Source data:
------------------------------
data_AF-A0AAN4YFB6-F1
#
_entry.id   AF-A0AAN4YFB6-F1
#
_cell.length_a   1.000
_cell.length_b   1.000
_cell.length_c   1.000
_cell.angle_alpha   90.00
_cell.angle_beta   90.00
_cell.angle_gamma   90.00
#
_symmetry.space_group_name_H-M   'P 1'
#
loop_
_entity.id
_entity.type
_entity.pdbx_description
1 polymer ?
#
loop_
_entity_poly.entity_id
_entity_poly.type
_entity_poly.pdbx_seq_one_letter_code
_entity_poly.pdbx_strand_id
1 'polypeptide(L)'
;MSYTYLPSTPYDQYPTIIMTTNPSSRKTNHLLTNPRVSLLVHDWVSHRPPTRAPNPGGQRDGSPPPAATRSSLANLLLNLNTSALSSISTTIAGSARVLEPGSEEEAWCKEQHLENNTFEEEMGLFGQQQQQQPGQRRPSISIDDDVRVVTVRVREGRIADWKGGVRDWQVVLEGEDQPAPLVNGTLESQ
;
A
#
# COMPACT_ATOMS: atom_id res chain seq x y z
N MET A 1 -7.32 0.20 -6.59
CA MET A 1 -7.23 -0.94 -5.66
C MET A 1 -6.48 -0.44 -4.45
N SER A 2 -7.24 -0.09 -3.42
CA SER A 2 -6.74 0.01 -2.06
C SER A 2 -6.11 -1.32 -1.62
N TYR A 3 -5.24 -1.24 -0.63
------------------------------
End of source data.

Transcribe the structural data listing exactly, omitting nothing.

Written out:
data_AF-A0AAN4YFB6-F1
#
_entry.id   AF-A0AAN4YFB6-F1
#
_cell.length_a   1.000
_cell.length_b   1.000
_cell.length_c   1.000
_cell.angle_alpha   90.00
_cell.angle_beta   90.00
_cell.angle_gamma   90.00
#
_symmetry.space_group_name_H-M   'P 1'
#
loop_
_entity.id
_entity.type
_entity.pdbx_description
1 polymer ?
#
loop_
_entity_poly.entity_id
_entity_poly.type
_entity_poly.pdbx_seq_one_letter_code
_entity_poly.pdbx_strand_id
1 'polypeptide(L)'
;MSYTYLPSTPYDQYPTIIMTTNPSSRKTNHLLTNPRVSLLVHDWVSHRPPTRAPNPGGQRDGSPPPAATRSSLANLLLNLNTSALSSISTTIAGSARVLEPGSEEEAWCKEQHLENNTFEEEMGLFGQQQQQQPGQRRPSISIDDDVRVVTVRVREGRIADWKGGVRDWQVVLEGEDQPAPLVNGTLESQ
;
A
#
# COMPACT_ATOMS: atom_id res chain seq x y z
N MET A 1 -7.32 0.20 -6.59
CA MET A 1 -7.23 -0.94 -5.66
C MET A 1 -6.48 -0.44 -4.45
N SER A 2 -7.24 -0.09 -3.42
CA SER A 2 -6.74 0.01 -2.06
C SER A 2 -6.11 -1.32 -1.62
N TYR A 3 -5.24 -1.24 -0.63